Break yarn, leaving long tail, thread the yarn through a yarn needle, then draw the yarn back through stitches. Remove stitches from needle, and pull tail tight to close (like a purse string). Use the tail to seam flower along side edge to make centre into a circle. Weave in all ends.

Knitting the striped flower
Note: When knitting the two striped flowers, be sure to wrap the new yarn around the old when changing colours across the rows.

Set up: Using MC, cast on 50 stitches.
Repeat Short rows and Rows 1-4 for Knitting the simple flower, with this exception: Use CC for every knit stitch and MC for every purl stitch, even when you are working the short rows. Carry the colour not in use across the back as you work.
Finish as for Knitting the simple flower.

Knitting the striped petal flower
Set up: Using MC, cast on 50 stitches.
Short rows: Repeat Short rows for Knitting the simple flower, with this exception: Work 2 stitches in MC, then work 2 stitches in CC. Continue alternating MC and CC, working all MC with MC and all CC with CC until you complete the short rows.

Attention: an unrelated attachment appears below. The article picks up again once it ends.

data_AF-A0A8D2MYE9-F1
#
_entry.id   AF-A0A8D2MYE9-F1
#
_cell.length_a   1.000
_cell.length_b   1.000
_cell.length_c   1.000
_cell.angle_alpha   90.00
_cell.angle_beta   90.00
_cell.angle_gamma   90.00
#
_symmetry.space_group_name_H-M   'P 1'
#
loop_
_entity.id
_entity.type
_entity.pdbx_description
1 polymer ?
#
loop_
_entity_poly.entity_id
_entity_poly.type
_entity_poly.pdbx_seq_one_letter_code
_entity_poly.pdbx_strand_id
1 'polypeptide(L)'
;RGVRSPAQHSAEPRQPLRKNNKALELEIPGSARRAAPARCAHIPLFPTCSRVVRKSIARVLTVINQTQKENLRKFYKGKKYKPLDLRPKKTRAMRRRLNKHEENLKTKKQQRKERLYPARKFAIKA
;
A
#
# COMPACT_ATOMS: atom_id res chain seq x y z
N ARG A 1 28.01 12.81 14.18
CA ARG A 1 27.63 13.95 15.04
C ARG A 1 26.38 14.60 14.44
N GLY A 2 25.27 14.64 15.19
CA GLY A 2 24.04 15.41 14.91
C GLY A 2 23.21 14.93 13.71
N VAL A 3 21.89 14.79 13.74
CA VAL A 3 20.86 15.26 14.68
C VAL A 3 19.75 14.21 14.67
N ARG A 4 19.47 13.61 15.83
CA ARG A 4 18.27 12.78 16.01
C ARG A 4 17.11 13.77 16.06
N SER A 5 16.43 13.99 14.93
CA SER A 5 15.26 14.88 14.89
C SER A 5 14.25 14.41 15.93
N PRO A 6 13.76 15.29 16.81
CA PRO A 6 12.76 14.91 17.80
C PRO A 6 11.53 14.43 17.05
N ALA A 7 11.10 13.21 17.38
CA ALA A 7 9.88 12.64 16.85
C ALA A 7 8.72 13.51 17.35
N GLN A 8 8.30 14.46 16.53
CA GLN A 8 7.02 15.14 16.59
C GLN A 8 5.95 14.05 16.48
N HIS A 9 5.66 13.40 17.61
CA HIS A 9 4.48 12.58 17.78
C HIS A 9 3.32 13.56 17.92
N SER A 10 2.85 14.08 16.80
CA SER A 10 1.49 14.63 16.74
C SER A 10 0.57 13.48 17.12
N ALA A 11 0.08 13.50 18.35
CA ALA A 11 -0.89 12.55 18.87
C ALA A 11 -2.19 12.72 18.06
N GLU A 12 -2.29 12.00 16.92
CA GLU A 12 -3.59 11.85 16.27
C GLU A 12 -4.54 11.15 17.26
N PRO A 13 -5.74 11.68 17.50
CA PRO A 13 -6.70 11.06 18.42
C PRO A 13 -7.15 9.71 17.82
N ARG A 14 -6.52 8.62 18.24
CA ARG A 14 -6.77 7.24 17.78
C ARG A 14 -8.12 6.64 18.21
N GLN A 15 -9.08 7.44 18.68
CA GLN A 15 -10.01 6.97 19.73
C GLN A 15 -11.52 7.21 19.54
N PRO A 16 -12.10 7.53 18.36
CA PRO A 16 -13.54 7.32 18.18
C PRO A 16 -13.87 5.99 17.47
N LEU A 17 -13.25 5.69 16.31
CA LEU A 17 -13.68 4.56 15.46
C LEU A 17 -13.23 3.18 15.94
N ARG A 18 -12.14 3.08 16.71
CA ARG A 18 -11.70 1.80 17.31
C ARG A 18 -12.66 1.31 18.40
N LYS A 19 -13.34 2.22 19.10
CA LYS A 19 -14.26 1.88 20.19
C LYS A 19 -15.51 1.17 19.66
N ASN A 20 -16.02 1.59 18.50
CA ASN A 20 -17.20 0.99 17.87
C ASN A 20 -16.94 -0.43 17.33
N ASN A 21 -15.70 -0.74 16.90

Rows 1-4: Change to CC and repeat Rows 1-4 for Knitting the simple flower.
Finish as for Knitting the simple flower.

Finishing the flowers
If desired, add French knots to the centres of the flowers. You can pile them up or place one in the middle.

Seaming the pillow
Place the front and back of the pillow together with right sides facing each other, and use matching thread to seam along all four edges, leaving a 3" (7.5 cm) opening at any corner for filling.

Page 1 of 2 -- Find out how to add the finishing touches to your felted flower pillow on page 2
Felting the pillow
1. Felt following "My basic felting technique" on page 2. Place the flowers in a mesh laundry bag or a tied pillowcase so you don't lose them in the wash. Place the pillow directly in the basin. I tend to underfelt this pillow a bit so that it doesn't get too stiff. Pull the pillow out when the stitch definition has mostly disappeared and it is approximately the same size as the finished measurements listed above.

2. Rinse by hand in cool water and squeeze out excess water by rolling in a terry-cloth towel.

3. Lay the pillow flat to dry, which can take up to two days -- less if you place it in a warm room. Don't lay it in the sun, however, as the colours may fade. Make sure the pillow is completely dry before stuffing it.

4. Stuff your pillow with polyester fibrefill, then seam the opening closed.

Sewing on the flowers